A legal challenge from campaigners hoping to overturn Delancey’s Elephant and Castle regeneration project has been rejected by the High Court.
The application to overturn the decision was made by Jerry Flynn on behalf of the 35% campaign, who told the News today: “We are naturally disappointed that the court had not found in our favour.
“We will look at the decision and discuss it with our lawyers before deciding the campaign’s next course of action.”
The hearings at the Royal Courts of Justice were held on October 22 and 23, delayed from planned dates in July, and then September.
Campaigners hoped the judge would reject planning permission for the scheme by developer Delancey, granted by Southwark Council and given the green light by the London Mayor.
The case was supported by the Public Interest law Centre and Southwark Law Centre, with thousands raised by crowdfunding.
The shopping centre demolition was approved on July 10, two years and three deferrals after first being put to the council’s planning committee. More than a thousand objections had been lodged.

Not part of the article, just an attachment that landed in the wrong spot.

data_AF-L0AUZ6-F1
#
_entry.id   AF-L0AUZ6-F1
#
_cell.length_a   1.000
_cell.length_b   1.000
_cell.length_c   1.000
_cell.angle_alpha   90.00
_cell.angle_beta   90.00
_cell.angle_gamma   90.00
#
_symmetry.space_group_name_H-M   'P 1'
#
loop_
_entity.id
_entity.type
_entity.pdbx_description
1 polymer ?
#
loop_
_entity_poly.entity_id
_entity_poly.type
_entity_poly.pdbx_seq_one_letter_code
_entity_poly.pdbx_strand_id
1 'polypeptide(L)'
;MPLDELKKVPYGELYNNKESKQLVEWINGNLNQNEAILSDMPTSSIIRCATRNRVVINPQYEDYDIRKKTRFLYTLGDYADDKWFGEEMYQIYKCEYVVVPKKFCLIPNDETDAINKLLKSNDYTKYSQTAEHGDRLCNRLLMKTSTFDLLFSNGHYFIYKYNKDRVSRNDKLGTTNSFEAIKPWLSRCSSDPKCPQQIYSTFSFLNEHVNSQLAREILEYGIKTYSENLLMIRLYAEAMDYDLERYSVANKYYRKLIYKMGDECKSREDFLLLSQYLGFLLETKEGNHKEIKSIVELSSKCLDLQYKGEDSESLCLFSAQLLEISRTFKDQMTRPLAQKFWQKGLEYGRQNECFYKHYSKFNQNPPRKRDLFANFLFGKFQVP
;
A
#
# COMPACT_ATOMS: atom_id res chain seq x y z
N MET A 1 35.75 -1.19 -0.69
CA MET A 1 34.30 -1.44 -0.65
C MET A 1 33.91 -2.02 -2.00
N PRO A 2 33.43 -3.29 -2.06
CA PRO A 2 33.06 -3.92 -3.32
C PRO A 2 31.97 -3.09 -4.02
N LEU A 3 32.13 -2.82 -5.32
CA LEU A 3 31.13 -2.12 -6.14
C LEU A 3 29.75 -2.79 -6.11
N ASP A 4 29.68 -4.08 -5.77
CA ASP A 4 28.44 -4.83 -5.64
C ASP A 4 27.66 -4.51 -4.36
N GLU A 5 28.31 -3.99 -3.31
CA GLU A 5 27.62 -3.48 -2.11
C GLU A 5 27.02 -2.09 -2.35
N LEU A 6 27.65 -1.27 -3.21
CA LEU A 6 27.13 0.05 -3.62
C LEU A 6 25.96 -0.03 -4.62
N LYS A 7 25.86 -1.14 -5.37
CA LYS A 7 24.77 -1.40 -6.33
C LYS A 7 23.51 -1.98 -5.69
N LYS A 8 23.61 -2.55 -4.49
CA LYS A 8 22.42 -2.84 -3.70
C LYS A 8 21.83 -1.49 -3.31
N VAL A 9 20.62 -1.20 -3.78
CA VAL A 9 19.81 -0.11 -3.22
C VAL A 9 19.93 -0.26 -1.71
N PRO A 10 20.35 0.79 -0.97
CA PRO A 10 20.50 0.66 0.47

The key issues are the number of social rent homes and affordable homes in the scheme and deal for current traders, many of whom are from one of the largest Latin American communities in London.
Although the scheme includes nearly a thousand homes, only 116 will be at social rent.
Campaigners say the scheme could include more, and are concerned that their construction is contingent on one particular site being built. This part of the scheme is not scheduled for completion for another decade.
The News understands an appeal can be launched but, regardless of the decision, lobbying from the Up the Elephant coalition of campaigners is expected to continue.
More to follow…